I've been doing this for about 20 years, and when I started 20 years ago, I remember hearing, at the time it was called the Super Highway which we now call the Internet, there was threat of the movie business going away to the Super Highway. So I've been hearing this for 20 years that the movie business was going to go away due to people just downloading it. Currently, the downloading of movies is less than 10 percent of movie consumption, whereas the downloading of CD music is actually right around 50 percent. So physical media is still bought and sold, still needed, still used, and I think to a certain extent, there will always be something physical that you can buy to get a movie, book, or CD on. Whether it's a disc that we've been using for, what, the last 30-something years, that'll probably change to who knows, a chip, a pen, a watch. But I think there will be physically something that you can always buy to get what you want. And we will always be distributing that product.
My father always said this line, "the Buggy Whip business isn't as big as it was 150 years ago, but there's still one company selling Buggy Whips." So if we're the last company selling DVDs, then so be it and I look forward to it.
I HEARD YOU WERE AT E3 THIS YEAR; CAN YOU TELL US ABOUT YOUR APPEARANCE THERE?
We were at E3. We are in the video game business. Anything entertainment related, that's pretty much what we buy. The video game business is doing very well. The video game business can, again, be done online, but physical sales are much greater than online sales, and we've been doing it for probably around 10 years now, maybe 15. If you look at Xbox or NDS or whatever, you have all these different physical formats, and with what Wii is doing with their new console, there's ever-changing formats. So anytime the game business changes and goes through an evolution, we can tag along on the new format, but when retailers are done distributing the old physical format, there's still some retailers that want it. Small Mom N Pop chains or dollar discount chains out in Middle America where the demographics aren't as up-to-date with new change and therefore there's always one retailer -- like there's someone always selling Buggy Whips -- that wants to sell that product that's no longer widespread, or known, or used. Any time a format goes away, we take the last leg of it.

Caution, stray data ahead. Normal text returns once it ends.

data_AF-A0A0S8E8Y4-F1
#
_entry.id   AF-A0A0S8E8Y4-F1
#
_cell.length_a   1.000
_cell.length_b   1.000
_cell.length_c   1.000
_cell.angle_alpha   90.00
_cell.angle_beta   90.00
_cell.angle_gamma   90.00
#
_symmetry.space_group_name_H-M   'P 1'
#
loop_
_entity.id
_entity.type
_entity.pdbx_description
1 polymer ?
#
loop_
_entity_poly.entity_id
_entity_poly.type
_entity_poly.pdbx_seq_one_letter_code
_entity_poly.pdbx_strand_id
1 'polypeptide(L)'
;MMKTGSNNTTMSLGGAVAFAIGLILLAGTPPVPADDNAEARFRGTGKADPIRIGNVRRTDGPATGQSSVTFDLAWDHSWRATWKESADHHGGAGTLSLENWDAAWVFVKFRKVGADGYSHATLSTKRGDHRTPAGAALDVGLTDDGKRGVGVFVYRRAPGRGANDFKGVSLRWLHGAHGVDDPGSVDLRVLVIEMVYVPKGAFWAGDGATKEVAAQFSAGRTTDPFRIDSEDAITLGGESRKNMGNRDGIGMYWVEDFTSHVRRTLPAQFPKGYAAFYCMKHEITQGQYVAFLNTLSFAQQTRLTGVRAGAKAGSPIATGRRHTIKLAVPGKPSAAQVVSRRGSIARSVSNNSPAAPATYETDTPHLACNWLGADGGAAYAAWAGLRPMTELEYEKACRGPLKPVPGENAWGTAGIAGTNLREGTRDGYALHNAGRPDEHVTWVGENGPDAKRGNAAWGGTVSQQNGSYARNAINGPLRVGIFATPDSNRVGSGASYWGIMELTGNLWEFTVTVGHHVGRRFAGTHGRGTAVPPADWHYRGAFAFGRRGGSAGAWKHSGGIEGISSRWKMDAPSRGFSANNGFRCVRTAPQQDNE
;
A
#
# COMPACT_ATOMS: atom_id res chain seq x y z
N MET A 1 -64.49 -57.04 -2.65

WHAT'S NEXT FOR DVA?
Small electronics. We've been doing a lot of iPods, a lot of TVs. Anything that emits or transmits or is the next phase of entertainment, we'll go with. It's a fun business, and it's been good to us. We've grown in the last couple years despite the recession -- up about $5 million in sales, so it's been going good for us.
THANKS TO RYAN FOR TAKING A FEW MINUTES TO TALK TO US ABOUT DVA AND THE CURRENT STRENGTH OF PHYSICAL MEDIA. FEEL FREE TO LEARN MORE ABOUT DVA BY HEADING OVER TO THEIR WEBSITE, WHICH HAS DIFFERENT SECTIONS FOR CONSUMERS, RETAILERS, AND DISTRIBUTORS.
AND AS ALWAYS, WHAT DO YOU THINK THE CURRENT STATE OF PHYSICAL MEDIA? I KNOW MANY OF YOU ARE DIE HARD PHYSICAL-FANS, BUT HOW LONG WILL IT LAST? ALSO, I KNOW MANY OF YOU ARE HIGH-DEF JUNKIES (AS AM I), DO YOU STILL HIT UP THE DVD VALUE BINS, OR IS EVERYTHING NOW "1080P OR BUST?" HIT UP THE FORUMS TO SHARE YOUR THOUGHTS.